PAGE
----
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Collection Tier:
Tier 2

Safe (Rix Robinson's )

Identifier:
1982.1.109
Description:
This artifact consists of a. safe, b. wheel set, c. large key, d. small key, e. nail head. The safe itself is made of metal lattice work covered with a series of knobs, giving it a very formidable appearance.

This safe was made in New York City by Jesse Delano after 1825. It was brought to Grand Rapids by Rix Robinson, the first white settler in the area, and used at his trading post at Ada in 1827. The museum also posses a signed affidavit, stating that after Rix Robinson's death the safe was given by his son John R. Robinson to William H. Smith of Ada. Smith then gave the safe to Asa Dennison, who originally loaned the item Museum in 1917, and converted the loan into a gift by paying the Museum 24 half dollars in 1921.
Date:
1825 – 1859
Materials:
Iron
Dimensions:
39" h 29" w 24.5" d
Current Location Status:
On Exhibit
Source:
Gift Of Asa Dennison
Links:
https://www.liveauctioneers.com/item/26722863_19th-c-iron-safe-jesse-delano-patent-safe-circa
Exhibits/Programs
Artifact GR (2012 – 2013)
Artifact GR was a project which invited members of the community into the archives of the Grand Rapids Public Museum, and asked them to write about their experiences.  The resulting submissions were cataloged in an interactive website (www.artifactgr.org) and in a published book (http://www.blurb.com/b/4400444-the-artifact-projectsoftcover).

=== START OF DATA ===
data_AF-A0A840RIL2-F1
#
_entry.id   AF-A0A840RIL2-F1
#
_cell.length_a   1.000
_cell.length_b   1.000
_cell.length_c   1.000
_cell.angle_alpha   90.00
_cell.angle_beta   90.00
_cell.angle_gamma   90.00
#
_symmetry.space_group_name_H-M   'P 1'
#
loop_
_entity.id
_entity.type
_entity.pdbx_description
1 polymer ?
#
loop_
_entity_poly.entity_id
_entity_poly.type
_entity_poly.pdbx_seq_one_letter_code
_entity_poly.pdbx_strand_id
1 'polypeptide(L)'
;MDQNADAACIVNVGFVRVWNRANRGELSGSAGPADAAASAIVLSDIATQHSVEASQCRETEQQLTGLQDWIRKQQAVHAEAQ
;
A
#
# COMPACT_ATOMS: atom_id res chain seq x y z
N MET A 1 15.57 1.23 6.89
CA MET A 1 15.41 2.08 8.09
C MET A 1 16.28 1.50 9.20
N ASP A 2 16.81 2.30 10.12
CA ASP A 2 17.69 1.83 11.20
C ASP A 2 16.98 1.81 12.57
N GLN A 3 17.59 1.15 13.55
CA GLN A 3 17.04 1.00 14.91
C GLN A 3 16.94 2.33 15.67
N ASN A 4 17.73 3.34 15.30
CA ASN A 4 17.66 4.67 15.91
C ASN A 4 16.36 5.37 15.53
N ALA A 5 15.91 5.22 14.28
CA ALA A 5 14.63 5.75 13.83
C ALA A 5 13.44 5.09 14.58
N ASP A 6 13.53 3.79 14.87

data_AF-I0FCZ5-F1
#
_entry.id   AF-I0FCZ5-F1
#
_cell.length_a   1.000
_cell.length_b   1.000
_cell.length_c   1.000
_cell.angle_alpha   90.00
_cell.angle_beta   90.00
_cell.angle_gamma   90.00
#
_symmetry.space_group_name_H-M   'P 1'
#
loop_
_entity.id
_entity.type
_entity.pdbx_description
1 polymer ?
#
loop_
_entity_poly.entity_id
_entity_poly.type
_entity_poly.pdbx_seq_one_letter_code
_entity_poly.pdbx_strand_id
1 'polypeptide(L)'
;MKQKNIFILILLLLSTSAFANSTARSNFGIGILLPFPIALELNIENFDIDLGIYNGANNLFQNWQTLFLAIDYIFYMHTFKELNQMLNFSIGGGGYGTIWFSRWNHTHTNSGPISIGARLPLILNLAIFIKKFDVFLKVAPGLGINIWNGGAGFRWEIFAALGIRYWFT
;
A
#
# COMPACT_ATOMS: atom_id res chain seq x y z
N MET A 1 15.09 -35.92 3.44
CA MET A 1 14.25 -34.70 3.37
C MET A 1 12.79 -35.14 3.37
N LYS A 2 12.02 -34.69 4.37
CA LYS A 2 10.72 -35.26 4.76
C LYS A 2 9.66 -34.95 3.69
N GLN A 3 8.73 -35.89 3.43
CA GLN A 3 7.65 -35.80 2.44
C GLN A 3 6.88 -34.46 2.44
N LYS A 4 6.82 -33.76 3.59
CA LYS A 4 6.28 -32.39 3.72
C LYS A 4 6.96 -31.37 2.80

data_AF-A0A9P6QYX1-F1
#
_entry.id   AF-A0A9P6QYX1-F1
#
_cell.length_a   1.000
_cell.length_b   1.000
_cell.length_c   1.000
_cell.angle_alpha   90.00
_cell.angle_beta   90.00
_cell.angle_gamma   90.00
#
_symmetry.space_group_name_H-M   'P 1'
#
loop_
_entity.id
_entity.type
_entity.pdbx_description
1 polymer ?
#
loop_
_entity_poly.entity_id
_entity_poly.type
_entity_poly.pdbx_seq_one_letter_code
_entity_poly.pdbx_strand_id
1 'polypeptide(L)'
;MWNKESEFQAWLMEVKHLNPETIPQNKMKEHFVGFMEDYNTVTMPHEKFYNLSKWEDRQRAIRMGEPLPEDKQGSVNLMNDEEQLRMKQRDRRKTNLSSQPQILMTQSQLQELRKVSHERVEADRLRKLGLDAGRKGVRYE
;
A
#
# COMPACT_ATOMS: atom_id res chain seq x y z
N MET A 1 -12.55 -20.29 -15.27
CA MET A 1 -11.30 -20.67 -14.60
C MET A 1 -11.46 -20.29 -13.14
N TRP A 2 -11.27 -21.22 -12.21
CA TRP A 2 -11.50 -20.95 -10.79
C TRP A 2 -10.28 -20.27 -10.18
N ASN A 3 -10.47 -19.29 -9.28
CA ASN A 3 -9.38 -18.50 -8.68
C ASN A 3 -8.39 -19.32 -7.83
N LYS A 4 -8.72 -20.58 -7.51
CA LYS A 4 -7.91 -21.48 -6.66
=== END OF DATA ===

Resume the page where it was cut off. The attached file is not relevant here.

Great Lakes Fur Traders (after 2015)
At the heart of the fur trade was the development of effective communication between two radically different cultures.  Both the Native Americans and the Europeans were changed by their contact with each other, yet they managed to create a mutually beneficial system which persisted for 250 years.
Makers/Donors
Delano, Jesse

Dennison, Asa

Rix Robinson
Rix Robinson came to the mouth of the Thornapple River in 1821 as a representative of the American Fur Company. He purchased the stock and outfit of Madame Laframboise and established a very successful trading post. Renowned in the through the region throughout the region for his success in treating with the Indians, Robinson expanded his base to include a post at Grand Haven along the Lake Michigan shore. Part of his success could have been related to the fact that he married the sister of Ma-ob-binna-kiz-hick (Hazy Cloud), a Native American chief in the Ada region. She remained his companion until his death in1875, at age 86 years old.
 
Grand Rapids historian Albert Baxter described Robinson: “He was an educated man, the first permanent white settler in Kent County, and after abandoning the for trade, which she did and turned his attention to firming in the domestic matters, he served honorably in several public positions. He was a man of commanding presence; tall, dignified and independent in bearing and it was side of him that no white man in Michigan had more positive influence with the Native Americans; be not only love you respected but student off of him. He left a memory to be cherished and then arena by both races. Dallas is treating boats, between 1821 in 1833, past every year up-and-down this river. A monument to his memory was erected in June, 1887. (Source: Baxter, Albert. History of the City of Grand Rapids. New York in Grand Rapids: Munsell and Company, 1891.)

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